Today in Literary History – the centenary of Jessica Mitford, born September 11, 1917

Today is the 100th anniversary of the birth of author and activist Jessica Mitford (known to family and friends as Decca) who was born on September 11, 1917.

She was one of the six famous Mitford sisters – the others being Nancy, Pamela, Diana, Unity and Deborah. Diana and Unity were great supporters of the Nazis and Unity even became a close friend and confidante of Adolf Hitler.

Jessica, by contrast, was a life-long communist who referred to herself as “the red sheep of the family.”

James-Wolcott-Mitford-Sisters-2016.jpg
Unity, Tom (the only brother), Deborah, Diana, Jessica, Nancy and Pamela in 1935

The most famous and successful of the sisters was Nancy Mitford, the author of satirical novels such as Love in a Cold Climate and The Pursuit of Love and co-writer of the essential guide to the English class system, Noblesse Oblige. I’ve read most of Nancy Mitford’s novels and admire them greatly, but Jessica, who wrote non-fiction, was the first Mitford sister I encountered, back in my first years of university.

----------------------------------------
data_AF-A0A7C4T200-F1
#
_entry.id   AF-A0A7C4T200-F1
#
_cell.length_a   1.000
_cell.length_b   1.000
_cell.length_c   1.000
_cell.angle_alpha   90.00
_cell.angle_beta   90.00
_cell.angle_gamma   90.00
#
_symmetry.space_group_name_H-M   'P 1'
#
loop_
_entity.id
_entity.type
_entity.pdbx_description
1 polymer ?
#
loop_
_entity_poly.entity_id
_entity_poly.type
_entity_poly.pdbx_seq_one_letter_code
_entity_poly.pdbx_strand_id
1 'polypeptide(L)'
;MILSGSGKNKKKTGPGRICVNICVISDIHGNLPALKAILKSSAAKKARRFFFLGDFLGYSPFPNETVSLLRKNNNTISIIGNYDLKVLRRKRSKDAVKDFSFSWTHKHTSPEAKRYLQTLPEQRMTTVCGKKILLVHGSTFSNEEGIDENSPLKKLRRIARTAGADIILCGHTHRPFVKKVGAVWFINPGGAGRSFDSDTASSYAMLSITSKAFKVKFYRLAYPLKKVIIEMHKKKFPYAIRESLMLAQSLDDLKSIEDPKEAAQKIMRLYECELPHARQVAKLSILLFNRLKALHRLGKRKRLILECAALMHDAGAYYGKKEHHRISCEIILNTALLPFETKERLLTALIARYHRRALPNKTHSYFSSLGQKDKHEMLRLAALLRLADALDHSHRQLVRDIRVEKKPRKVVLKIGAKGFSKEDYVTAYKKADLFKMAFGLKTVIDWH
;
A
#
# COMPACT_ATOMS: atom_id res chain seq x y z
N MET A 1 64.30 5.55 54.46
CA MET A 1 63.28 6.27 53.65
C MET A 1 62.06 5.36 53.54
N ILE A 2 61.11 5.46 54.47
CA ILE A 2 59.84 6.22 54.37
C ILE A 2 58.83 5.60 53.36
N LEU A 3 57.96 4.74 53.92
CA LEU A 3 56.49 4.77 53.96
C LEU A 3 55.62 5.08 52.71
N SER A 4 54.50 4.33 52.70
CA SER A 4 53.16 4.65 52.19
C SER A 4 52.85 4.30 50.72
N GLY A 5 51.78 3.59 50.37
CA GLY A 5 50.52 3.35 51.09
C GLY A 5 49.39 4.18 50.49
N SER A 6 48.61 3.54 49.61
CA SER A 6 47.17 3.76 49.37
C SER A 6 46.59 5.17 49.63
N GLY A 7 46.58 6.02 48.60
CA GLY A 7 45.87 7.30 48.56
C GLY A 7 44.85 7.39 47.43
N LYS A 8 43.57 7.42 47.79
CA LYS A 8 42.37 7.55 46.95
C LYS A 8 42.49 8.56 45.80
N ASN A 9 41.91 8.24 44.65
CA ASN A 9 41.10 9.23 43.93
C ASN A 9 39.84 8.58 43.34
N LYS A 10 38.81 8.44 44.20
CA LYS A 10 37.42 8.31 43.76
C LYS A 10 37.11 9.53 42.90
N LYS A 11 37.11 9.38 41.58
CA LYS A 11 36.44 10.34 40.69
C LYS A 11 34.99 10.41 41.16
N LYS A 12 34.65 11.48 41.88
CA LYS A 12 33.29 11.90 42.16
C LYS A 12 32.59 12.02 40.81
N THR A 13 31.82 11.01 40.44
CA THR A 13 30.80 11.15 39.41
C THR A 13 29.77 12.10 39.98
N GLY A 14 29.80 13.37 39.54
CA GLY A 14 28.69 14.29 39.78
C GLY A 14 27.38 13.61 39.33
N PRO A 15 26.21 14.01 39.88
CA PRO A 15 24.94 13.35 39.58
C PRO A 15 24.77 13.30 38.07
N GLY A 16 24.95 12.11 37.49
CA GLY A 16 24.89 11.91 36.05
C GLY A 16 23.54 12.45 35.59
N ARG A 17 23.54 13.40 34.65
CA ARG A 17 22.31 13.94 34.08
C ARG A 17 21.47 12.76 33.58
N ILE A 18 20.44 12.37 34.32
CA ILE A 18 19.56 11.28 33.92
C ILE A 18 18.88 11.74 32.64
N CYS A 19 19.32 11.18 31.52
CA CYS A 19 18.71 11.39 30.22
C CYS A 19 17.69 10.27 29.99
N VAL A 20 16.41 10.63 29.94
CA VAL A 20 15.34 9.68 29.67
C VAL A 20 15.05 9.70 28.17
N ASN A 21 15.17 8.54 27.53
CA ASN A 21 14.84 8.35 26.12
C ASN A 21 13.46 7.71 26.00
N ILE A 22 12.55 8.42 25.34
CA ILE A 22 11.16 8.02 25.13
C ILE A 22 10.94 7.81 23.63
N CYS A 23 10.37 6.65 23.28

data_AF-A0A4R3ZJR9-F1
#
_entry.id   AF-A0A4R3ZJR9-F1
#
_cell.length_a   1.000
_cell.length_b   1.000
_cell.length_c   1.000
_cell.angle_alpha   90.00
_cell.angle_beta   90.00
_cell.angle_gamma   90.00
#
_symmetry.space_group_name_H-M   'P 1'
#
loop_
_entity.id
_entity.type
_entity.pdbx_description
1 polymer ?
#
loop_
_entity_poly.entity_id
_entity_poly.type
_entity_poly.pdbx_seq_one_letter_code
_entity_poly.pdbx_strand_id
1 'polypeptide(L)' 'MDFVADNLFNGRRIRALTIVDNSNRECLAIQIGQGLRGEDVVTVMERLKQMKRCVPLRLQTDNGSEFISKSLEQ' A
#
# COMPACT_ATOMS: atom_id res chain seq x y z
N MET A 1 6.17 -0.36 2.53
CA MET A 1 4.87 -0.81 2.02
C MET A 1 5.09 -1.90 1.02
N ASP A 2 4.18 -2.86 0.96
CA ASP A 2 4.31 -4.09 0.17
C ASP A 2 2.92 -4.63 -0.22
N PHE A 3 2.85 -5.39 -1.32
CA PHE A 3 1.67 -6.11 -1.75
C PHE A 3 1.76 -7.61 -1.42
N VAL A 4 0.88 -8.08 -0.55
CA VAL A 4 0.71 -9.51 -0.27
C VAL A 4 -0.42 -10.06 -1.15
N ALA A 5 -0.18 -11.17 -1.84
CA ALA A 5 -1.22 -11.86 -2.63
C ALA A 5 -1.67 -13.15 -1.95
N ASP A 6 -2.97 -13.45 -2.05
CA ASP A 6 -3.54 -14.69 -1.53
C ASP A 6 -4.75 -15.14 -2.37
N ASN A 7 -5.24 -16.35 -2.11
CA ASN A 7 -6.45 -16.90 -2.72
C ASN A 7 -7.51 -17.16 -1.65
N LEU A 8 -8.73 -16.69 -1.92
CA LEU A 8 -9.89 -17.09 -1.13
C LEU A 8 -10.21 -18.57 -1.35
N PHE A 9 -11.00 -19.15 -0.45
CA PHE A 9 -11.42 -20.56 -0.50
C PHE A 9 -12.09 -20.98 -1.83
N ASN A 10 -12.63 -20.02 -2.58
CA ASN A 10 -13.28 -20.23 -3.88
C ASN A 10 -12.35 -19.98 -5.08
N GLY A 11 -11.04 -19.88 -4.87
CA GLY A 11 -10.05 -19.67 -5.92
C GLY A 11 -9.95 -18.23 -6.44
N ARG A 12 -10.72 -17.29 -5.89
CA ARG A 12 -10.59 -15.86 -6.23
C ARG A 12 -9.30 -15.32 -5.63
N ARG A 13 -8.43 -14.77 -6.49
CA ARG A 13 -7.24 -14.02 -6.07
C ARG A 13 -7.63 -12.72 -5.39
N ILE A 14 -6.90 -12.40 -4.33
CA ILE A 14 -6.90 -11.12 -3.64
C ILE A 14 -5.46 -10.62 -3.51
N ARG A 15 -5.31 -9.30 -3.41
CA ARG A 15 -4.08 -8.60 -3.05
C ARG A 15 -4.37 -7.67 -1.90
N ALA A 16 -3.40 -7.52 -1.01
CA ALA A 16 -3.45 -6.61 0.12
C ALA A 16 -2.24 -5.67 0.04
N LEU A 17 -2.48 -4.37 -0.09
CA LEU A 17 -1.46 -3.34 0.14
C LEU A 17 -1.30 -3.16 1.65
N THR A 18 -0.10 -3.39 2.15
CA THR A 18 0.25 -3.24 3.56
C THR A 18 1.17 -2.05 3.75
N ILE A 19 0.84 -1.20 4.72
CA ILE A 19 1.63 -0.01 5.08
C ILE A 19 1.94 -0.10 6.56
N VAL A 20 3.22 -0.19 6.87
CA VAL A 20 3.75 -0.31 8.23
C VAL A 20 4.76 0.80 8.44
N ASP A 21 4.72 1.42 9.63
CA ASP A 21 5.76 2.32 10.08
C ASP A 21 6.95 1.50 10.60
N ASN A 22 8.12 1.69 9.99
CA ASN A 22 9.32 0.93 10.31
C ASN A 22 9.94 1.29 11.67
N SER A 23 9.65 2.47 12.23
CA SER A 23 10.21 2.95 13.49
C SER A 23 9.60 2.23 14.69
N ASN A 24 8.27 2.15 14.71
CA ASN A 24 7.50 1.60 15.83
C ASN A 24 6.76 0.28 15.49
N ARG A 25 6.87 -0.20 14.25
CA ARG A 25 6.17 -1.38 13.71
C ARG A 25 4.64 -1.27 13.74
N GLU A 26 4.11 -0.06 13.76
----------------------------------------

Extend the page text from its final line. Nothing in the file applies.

Penguin+no.+1738.jpgI first read her two books from the early 1960s (in well thumbed Penguin paperbacks from the second hand store) Hons and Rebels, her memoir about growing up in a vastly wealthy and eccentric family and her break with some of their fascist sympathies, and the “muckraking” bestseller The American Way of Death, her funny and subversive exposé of the funeral industry. I went on to read more over the years with great enjoyment.

american-way-of-death-coverChristopher Hitchens (who I also loved in his pre-right-wing-warmonger days) was a big promoter of Jessica Mitford’s work. J.K. Rowling is also a huge fan and even named her daughter after her:

“My most influential writer, without a doubt, is Jessica Mitford. When my grand-aunt gave me Hons and Rebels when I was 14, she instantly became my heroine. She ran away from home to fight in the Spanish Civil War, taking with her a camera that she had charged to her father’s account. I wished I’d had the nerve to do something like that. I love the way she never outgrew some of her adolescent traits, remaining true to her politics — she was a self-taught socialist — throughout her life. I think I’ve read everything she wrote. I even called my daughter Jessica Rowling Arantes after her.”

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